Share this post!
“I built Analog Books so the people would have a comfortable place to come and adore me. The books are just souvenirs they can take home to remind them of me.” —Hugo
Victor Hugo Cabret (“Hugo”) is the head honcho over at Analog Books, an independent bookstore that opened in Lethbridge, Alberta, in 2020, in the midst of the global pandemic. He is most well-known for welcoming community members to the store and his captivating work on their social media channels. We sat down with Mr. Cabret to chat about the joys and challenges of running a new bookstore.
Who are you and what do you do?
My name is Victor Hugo Cabret, but my fans and staff just call me Hugo. My mother was a rescue cat who instilled a great love of literature in me and my siblings. One of my favourite books is To Kill a Mockingbird. I commissioned a portrait of myself reading it, which you can see hanging above my fireplace. I built Analog Books so the people would have a comfortable place to come and adore me. The books are just souvenirs they can take home to remind them of me. They’re always asking me to sign them, but without that opposing thumb, it’s a challenge. My sister’s a polydactyl, she could do it, but we aren’t talking at the moment (a long story). But I digress…what was the question?
Take us through a day in your life.
Well, my staff arrives late most days, well past 5:30 a.m., when I wake up. So my breakfast rarely arrives before 8:30 a.m. (I really need to hire a service). The fans start arriving around 10 a.m. Most days, little people will show up to cheer me on chasing mouse and bird. Little people are far more interesting to spend time with, they get me. Big people usually just like to ohh and ahh and squeeze, and they always stop scratching right when they get to the itchy place. (What’s wrong with those people?) By 11 a.m., I’m exhausted and it’s nap time. The staff takes care of the shop while I curl up in front of the fire. They do their thing (whatever that is), and I do mine. At night, I climb up into my bed above the front door. I keep watch on the street below looking for rogue mice. I pretty well take care of security downtown. Since I arrived, crime has plummeted and cat adoption is way up.
How has the pandemic changed your job?
It took a while to get used to the alcohol smell on my fans’ hands during the obligatory scritches and the big people keep hiding their faces behind masks, but otherwise it’s pretty well the same. Well, now that I think about it, perhaps there’s been more lovin’ and squeezin’ than there used to be. Not sure what that’s all about.
Tell us one thing about bookselling that people would be surprised to know.
People don’t appreciate how hard it is to navigate around all these books. I keep telling them to leave the counter and table tops clear but they just don’t listen. What’s wrong with these people?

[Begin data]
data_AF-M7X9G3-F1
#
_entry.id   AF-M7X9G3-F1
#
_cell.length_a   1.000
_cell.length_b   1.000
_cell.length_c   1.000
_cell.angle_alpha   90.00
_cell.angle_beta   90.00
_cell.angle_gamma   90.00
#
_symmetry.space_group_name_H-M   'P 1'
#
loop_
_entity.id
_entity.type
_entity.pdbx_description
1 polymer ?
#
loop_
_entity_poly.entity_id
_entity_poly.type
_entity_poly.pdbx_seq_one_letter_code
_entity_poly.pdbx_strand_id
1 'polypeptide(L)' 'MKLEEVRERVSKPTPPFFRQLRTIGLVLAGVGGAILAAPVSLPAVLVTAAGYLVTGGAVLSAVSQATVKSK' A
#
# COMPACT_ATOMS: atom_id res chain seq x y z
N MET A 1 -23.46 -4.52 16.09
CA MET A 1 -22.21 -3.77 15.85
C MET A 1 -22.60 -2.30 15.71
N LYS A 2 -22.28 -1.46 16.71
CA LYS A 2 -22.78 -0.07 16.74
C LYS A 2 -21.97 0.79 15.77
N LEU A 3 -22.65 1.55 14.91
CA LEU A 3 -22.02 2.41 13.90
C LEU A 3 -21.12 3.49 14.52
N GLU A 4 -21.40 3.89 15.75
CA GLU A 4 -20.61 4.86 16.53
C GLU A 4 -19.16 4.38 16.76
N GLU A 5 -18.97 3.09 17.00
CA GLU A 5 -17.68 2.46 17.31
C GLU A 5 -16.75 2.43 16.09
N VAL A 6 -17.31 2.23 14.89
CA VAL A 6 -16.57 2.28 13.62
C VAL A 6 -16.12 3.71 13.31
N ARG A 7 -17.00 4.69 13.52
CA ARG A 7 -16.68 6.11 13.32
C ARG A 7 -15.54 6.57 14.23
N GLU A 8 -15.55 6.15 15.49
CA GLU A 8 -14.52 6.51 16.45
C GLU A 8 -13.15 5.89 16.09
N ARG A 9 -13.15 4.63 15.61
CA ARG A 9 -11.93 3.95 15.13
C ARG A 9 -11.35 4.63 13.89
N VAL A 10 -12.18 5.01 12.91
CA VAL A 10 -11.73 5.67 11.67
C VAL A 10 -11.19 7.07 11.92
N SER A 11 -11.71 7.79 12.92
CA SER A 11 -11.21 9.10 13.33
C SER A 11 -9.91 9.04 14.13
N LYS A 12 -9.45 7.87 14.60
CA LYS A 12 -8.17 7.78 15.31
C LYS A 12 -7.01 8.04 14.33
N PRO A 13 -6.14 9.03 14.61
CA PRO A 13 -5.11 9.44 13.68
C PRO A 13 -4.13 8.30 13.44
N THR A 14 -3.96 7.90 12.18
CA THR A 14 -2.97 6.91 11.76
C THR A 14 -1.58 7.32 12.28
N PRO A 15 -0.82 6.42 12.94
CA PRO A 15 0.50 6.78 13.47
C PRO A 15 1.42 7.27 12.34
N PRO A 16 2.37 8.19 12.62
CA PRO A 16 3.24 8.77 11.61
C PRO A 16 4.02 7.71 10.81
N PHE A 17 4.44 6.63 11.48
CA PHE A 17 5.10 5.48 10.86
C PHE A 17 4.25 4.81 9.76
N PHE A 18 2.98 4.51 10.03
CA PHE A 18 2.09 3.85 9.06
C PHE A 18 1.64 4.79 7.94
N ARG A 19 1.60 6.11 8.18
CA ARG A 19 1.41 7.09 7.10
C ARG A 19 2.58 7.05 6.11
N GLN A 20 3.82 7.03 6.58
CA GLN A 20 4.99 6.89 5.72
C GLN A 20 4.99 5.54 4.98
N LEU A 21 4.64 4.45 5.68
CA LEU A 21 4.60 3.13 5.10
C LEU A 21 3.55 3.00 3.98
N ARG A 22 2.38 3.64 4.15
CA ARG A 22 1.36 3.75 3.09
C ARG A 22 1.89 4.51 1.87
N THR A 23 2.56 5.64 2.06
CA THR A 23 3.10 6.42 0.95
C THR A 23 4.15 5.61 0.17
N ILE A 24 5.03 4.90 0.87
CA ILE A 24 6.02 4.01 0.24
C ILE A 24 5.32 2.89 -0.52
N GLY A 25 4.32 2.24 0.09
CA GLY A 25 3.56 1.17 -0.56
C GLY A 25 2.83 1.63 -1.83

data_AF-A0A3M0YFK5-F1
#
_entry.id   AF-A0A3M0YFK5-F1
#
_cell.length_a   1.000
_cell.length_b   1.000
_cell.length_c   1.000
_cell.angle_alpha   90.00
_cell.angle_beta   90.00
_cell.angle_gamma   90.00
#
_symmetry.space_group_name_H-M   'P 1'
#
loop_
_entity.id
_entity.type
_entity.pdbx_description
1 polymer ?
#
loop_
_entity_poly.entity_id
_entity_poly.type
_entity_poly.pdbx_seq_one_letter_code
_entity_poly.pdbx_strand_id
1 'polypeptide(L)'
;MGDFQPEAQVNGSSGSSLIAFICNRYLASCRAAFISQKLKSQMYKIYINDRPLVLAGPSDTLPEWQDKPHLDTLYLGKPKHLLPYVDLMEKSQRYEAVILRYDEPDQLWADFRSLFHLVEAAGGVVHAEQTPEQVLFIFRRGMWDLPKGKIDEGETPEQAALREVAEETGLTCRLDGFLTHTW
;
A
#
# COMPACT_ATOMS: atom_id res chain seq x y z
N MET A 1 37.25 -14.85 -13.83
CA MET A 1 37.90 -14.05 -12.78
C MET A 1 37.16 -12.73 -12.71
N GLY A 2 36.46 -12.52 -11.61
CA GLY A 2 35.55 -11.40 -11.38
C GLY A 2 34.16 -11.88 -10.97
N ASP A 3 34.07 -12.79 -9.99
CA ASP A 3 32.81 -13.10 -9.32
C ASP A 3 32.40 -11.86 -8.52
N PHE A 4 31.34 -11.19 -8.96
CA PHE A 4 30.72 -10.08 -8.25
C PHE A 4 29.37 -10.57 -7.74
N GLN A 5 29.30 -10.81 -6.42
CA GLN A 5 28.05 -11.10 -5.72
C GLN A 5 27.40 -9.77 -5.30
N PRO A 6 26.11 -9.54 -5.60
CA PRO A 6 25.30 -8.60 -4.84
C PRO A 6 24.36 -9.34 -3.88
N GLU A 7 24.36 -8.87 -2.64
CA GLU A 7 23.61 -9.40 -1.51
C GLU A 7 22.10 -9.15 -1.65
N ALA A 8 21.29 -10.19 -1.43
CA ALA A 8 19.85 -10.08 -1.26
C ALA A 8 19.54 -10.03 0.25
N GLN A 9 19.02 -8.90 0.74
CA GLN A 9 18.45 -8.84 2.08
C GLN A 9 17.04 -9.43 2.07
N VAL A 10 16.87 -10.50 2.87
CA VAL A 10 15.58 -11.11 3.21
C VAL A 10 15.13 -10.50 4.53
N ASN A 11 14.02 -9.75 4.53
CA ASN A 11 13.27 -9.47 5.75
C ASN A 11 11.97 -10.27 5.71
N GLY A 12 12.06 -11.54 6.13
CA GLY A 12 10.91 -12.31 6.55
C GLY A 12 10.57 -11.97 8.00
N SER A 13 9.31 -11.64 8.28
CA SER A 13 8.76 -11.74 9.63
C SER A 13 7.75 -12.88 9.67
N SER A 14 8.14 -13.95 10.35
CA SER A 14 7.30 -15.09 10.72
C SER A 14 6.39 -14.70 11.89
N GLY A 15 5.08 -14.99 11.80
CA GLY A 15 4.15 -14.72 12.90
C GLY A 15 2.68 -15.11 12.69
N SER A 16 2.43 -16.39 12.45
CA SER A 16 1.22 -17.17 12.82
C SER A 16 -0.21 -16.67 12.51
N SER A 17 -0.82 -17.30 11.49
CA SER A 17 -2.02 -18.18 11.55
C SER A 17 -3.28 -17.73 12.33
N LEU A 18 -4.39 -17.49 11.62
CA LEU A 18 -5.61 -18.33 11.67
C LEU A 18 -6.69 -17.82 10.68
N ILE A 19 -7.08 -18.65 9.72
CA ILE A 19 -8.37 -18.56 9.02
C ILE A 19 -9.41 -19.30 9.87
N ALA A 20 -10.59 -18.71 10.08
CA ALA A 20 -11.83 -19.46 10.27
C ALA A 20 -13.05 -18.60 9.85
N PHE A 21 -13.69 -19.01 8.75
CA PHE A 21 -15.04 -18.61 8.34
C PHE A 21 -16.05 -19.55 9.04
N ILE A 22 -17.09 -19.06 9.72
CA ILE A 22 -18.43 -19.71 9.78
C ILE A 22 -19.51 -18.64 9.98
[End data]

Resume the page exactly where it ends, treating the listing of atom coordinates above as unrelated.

What is the biggest challenge of overseeing staff in a bookstore?
Time management. It is very hard to work in my preferred twenty-two hours of sleep while keeping a tight ship at the store. Not to mention that my staff are always trying to put away the boxes. The boxes are the best part! They just don’t understand bookselling.
What’s a question you wish people would ask you about your work?
“Do you really sleep twenty-two hours a day?” And the answer is, only when you don’t wake us up to come entertain the little people. I like to shoot for twenty-three-and-a-half, but those darn kids insist on flying that bird around just out of reach. One day I’ll catch that little ball of feathers, then watch out little people, the feathers will be flying. There will be tears.
How do you organize your personal library?
Of course I prefer books about cats, all these ones about humans and aliens and robots (and dogs) are so last century. Ideally they are picture books of gray tabbies like me. But they never manage to capture the essence of my physique. I should just publish a book of my own, it would be a bestseller of course. I would call it, The World Needs More Hugo.
Do you see any exciting developments happening in the future of bookselling?
Yes, more cats in bookstores. The people only really come to see us cats, the books are just there to pay the bills. It doesn’t really matter what’s in those books, what really matters is how good looking us cats are. We are like catnip for humans, they can’t resist. They’re so gullible. We figured it out generations ago—bookstores make the best domiciles. It’s the best of all worlds: cozy beds by fireplaces, good food, all the attention we could possibly want. We already control the humans’ social media system, the only thing left are the bookstores, then total world domination. No wonder Elon Musk wants to colonize Mars, he knows what’s coming. Cattus lex – resistere futilis.